All about that 'Yellowjackets' cannibalism scene: 'Almost had an anxiety attack'

·4 min read

Spoiler alert: This story includes details from the Season 2, Episode 2 of Showtime's "Yellowjackets."

The buzziest “Yellowjackets” episode yet?

The surviving members of a New Jersey high school soccer team, destitute after their plane crashed in the remote wilderness, finally feasted on one of their own.

Showtime’s dark thriller returned for its sophomore season last week (Sundays, 9 EDT/PDT, and streaming Fridays on Paramount+ with Showtime). In Episode 2, aptly titled “Edible Complex,” the teens – teetering on the brink of starvation – gorge on Queen Bee Jackie (Ella Purnell) after a failed attempt at cremation.  (She froze to death in the Season 1 finale.)

For two months, Jackie’s closest friend Shauna (Sophie Nélisse as a teen, and Melanie Lynskey as an adult) was lost in her grief, and spent time with the corpse as if her bestie was still alive. But the Yellowjackets decide it's time to put an end to the delusion, suggesting Jackie be cremated. When the team discovers the teen was roasted over an open flame instead, Shauna gives the group permission to dig in.

“She wants us to,” Shauna says of Jackie, with her hand on her own pregnant belly.

Shauna (Sophie Nélisse) and her best friend Jackie (Ella Purnell) get into an argument in the Season 1 finale of "Yellowjackets."
Shauna (Sophie Nélisse) and her best friend Jackie (Ella Purnell) get into an argument in the Season 1 finale of "Yellowjackets."

“The question of the show is not whether or not they're going to submit to cannibalism, ultimately because they need to survive. It's why and how, and what it does to them,” says executive producer Jonathan Lisco. “We didn't absolutely know if Jackie was going to be, in fact, their first meal. But as we started to really excavate these characters and think about where they were psychologically and emotionally, it just felt like a really wonderful story and a repulsive story to have Shauna in some ways leading the charge on that.”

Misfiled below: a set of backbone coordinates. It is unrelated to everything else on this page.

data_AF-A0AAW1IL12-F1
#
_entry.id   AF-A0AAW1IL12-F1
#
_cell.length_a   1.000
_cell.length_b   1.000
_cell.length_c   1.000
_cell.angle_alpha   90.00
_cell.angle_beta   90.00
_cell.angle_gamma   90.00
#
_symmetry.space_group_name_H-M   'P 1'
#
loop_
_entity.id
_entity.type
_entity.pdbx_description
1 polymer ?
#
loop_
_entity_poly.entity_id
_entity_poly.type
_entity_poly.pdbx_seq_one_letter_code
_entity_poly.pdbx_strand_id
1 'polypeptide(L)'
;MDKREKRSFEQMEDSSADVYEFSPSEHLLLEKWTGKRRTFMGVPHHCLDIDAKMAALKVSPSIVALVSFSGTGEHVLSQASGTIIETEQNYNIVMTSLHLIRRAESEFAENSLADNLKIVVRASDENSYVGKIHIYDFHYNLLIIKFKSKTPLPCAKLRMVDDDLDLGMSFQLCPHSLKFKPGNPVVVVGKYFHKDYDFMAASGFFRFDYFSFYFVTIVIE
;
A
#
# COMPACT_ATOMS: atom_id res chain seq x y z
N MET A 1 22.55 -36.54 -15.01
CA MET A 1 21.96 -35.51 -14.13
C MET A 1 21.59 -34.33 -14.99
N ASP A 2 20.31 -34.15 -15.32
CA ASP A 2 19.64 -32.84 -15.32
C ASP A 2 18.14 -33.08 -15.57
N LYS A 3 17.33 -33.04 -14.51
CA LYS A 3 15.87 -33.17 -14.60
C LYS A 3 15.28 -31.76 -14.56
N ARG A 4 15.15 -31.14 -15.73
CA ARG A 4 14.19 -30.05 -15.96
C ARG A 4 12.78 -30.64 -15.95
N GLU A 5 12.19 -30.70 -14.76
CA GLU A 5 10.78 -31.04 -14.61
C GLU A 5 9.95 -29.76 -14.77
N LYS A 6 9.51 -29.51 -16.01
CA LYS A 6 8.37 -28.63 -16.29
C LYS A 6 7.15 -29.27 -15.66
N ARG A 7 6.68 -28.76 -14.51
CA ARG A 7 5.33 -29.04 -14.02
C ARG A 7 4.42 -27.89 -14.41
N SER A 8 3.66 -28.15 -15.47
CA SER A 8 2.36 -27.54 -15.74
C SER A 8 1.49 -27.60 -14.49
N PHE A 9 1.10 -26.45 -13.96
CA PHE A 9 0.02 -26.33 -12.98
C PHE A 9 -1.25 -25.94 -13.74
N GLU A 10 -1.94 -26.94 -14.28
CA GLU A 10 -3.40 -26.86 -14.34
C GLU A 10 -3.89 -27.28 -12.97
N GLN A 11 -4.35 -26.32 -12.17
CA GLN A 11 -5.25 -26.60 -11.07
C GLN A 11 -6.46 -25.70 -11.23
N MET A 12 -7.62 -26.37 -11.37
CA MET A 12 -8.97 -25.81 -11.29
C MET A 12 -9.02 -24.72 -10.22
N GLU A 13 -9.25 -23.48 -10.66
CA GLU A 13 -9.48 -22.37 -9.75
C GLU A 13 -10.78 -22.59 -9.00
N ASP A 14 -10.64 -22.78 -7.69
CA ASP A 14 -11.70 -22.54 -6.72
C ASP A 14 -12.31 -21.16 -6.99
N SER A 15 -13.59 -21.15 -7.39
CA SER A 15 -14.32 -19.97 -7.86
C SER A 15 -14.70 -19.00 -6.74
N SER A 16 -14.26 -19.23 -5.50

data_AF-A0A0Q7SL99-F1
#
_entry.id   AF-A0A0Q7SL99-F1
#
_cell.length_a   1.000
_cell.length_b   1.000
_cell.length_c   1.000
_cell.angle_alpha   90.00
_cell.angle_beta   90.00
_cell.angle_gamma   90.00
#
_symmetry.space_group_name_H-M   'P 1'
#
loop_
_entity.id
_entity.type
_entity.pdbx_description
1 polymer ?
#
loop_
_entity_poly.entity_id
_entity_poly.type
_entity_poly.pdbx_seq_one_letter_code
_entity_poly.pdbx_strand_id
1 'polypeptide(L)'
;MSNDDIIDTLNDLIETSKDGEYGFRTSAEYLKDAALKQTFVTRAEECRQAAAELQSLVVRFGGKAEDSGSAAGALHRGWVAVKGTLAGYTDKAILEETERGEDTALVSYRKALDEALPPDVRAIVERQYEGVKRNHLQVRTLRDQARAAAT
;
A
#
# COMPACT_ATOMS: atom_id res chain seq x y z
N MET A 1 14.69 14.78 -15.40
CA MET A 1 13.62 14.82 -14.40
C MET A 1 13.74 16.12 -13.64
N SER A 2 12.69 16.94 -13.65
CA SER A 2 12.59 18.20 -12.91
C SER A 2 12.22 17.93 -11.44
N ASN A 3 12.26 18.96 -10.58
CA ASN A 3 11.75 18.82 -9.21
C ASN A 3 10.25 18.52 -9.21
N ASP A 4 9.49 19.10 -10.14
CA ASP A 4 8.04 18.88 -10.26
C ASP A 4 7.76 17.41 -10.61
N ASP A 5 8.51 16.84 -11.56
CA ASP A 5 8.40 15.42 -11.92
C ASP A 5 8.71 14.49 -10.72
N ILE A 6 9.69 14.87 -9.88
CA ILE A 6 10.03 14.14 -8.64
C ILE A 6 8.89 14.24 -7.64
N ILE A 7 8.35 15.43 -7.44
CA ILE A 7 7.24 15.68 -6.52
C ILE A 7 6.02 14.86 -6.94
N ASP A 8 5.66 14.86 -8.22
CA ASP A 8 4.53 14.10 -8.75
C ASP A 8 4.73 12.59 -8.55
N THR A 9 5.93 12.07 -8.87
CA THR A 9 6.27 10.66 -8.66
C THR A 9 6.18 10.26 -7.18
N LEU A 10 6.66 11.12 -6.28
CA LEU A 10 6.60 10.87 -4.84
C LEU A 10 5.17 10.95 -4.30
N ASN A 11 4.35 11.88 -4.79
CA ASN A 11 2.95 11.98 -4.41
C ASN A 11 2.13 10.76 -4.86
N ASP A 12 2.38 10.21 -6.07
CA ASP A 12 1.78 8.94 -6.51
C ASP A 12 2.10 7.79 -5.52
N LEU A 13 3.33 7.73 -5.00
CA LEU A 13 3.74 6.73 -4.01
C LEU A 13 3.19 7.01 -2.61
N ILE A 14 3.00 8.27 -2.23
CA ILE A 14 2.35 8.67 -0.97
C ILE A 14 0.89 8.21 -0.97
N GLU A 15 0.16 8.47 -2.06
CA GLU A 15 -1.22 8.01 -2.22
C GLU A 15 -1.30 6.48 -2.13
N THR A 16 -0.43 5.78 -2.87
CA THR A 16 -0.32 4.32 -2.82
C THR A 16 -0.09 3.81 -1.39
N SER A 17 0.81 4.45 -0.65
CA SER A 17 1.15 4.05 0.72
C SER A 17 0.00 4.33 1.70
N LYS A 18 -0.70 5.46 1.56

Why the Greco-Roman reference?

The cannibalism sequence was filmed over two days, Lisco says. The scene toggles between a fantasy sequence and the reality of the girls in the wild, ravaging their friend with an allusion to a Greco-Roman feast, as with the actors clad in togas and gold laurel wreaths.

“We thought it was psychologically very truthful for them to create a mass psychosis to distance themselves from the horror of what they were doing,” says Lisco, adding that the teens had  studied European history and Greek civilization. “So in their minds,  they were creating this Bacchanalian feast, when in fact they were breaking one of the biggest taboos.”

What were they actually eating?

The cast’s meal was comprised of jackfruit (dubbed Jackie fruit), stuffed into a dummy of Jackie’s body. One version was flavored with maple syrup, smoke, paprika and other spices, Lisco says. Another was flavorless. The “skin” was made by crisping rice paper in an air fryer.

Sophie Thatcher, who shares the role of Natalie with Juliette Lewis, described the recipe as quite disgusting.

“Funny that we're getting COVID tested and have to wear masks, but we're all sharing the same (meal) and having to put back pieces that we just chewed off back onto the body,” she says. “It was really, really gross (laughing).”

"Yellowjackets" actress Sophie Thatcher in a scene with her costar, Kevin Alves.
"Yellowjackets" actress Sophie Thatcher in a scene with her costar, Kevin Alves.

What was it like filming the scene?

Thatcher, 22, found shooting the cannibalism scene a surreal experience.

“There was a moment where I just almost freaked out,” she says. “Almost had an anxiety attack. Just thinking, like, ‘What am I doing? What are we doing?’”

Thatcher lost her breath. “Everything felt a little blurry,” she says. “Within these really intense scenes … your body doesn't know that you're not in a state of panic a lot of the time. So your body just starts to believe it.”

What happens now?

Thatcher warns that engaging in cannibalism “is the beginning of the end (for the Yellowjackets). And I think they realized that too. Once this door is open, anything can happen, which is really scary.”

Lisco says viewers will see the teens come to grips with their feelings about eating other people.

“Do they look at themselves in the metaphorical mirror and say, ‘Well, that was terrible, but we had to do it? We had to. We have to survive,’” he says. “That's a human instinct. Or do they come out of it full of self-loathing, with this notion that we can never do that again?”

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This article originally appeared on USA TODAY: 'Yellowjackets' cannibalism episode: Everything to know, who stars ate